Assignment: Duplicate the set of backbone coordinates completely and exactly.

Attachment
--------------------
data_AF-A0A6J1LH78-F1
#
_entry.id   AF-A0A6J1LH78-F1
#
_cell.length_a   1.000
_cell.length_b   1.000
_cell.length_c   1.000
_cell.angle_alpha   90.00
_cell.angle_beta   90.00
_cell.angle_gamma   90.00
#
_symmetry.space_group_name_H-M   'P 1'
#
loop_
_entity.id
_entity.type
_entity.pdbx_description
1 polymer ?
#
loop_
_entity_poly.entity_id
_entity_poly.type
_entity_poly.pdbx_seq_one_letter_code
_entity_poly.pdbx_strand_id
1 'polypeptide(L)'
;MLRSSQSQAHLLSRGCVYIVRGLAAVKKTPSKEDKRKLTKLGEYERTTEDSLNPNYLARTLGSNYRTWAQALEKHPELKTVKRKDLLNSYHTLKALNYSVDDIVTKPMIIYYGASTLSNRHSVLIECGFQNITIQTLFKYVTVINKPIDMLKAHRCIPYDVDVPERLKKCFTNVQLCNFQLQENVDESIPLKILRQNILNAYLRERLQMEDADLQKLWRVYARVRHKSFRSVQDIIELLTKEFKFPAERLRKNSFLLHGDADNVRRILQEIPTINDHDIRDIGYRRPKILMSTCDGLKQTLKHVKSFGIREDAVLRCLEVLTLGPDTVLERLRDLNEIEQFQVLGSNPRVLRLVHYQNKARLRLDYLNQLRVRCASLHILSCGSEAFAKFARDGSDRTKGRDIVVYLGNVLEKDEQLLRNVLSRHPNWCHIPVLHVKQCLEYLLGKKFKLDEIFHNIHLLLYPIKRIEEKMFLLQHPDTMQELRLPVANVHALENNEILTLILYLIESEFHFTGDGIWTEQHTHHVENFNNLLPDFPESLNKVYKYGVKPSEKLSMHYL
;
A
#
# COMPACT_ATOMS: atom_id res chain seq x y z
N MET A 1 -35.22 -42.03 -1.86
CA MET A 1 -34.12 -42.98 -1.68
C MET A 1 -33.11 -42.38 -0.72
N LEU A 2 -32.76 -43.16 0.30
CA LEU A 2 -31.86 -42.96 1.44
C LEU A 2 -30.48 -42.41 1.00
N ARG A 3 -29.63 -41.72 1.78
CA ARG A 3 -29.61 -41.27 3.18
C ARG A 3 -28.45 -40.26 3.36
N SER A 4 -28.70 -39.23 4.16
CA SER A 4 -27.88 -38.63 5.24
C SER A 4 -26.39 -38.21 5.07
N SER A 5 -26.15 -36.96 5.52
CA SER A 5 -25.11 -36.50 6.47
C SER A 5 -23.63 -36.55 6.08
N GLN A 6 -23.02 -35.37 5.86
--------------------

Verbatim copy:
data_AF-A0A6J1LH78-F1
#
_entry.id   AF-A0A6J1LH78-F1
#
_cell.length_a   1.000
_cell.length_b   1.000
_cell.length_c   1.000
_cell.angle_alpha   90.00
_cell.angle_beta   90.00
_cell.angle_gamma   90.00
#
_symmetry.space_group_name_H-M   'P 1'
#
loop_
_entity.id
_entity.type
_entity.pdbx_description
1 polymer ?
#
loop_
_entity_poly.entity_id
_entity_poly.type
_entity_poly.pdbx_seq_one_letter_code
_entity_poly.pdbx_strand_id
1 'polypeptide(L)'
;MLRSSQSQAHLLSRGCVYIVRGLAAVKKTPSKEDKRKLTKLGEYERTTEDSLNPNYLARTLGSNYRTWAQALEKHPELKTVKRKDLLNSYHTLKALNYSVDDIVTKPMIIYYGASTLSNRHSVLIECGFQNITIQTLFKYVTVINKPIDMLKAHRCIPYDVDVPERLKKCFTNVQLCNFQLQENVDESIPLKILRQNILNAYLRERLQMEDADLQKLWRVYARVRHKSFRSVQDIIELLTKEFKFPAERLRKNSFLLHGDADNVRRILQEIPTINDHDIRDIGYRRPKILMSTCDGLKQTLKHVKSFGIREDAVLRCLEVLTLGPDTVLERLRDLNEIEQFQVLGSNPRVLRLVHYQNKARLRLDYLNQLRVRCASLHILSCGSEAFAKFARDGSDRTKGRDIVVYLGNVLEKDEQLLRNVLSRHPNWCHIPVLHVKQCLEYLLGKKFKLDEIFHNIHLLLYPIKRIEEKMFLLQHPDTMQELRLPVANVHALENNEILTLILYLIESEFHFTGDGIWTEQHTHHVENFNNLLPDFPESLNKVYKYGVKPSEKLSMHYL
;
A
#
# COMPACT_ATOMS: atom_id res chain seq x y z
N MET A 1 -35.22 -42.03 -1.86
CA MET A 1 -34.12 -42.98 -1.68
C MET A 1 -33.11 -42.38 -0.72
N LEU A 2 -32.76 -43.16 0.30
CA LEU A 2 -31.86 -42.96 1.44
C LEU A 2 -30.48 -42.41 1.00
N ARG A 3 -29.63 -41.72 1.78
CA ARG A 3 -29.61 -41.27 3.18
C ARG A 3 -28.45 -40.26 3.36
N SER A 4 -28.70 -39.23 4.16
CA SER A 4 -27.88 -38.63 5.24
C SER A 4 -26.39 -38.21 5.07
N SER A 5 -26.15 -36.96 5.52
CA SER A 5 -25.11 -36.50 6.47
C SER A 5 -23.63 -36.55 6.08
N GLN A 6 -23.02 -35.37 5.86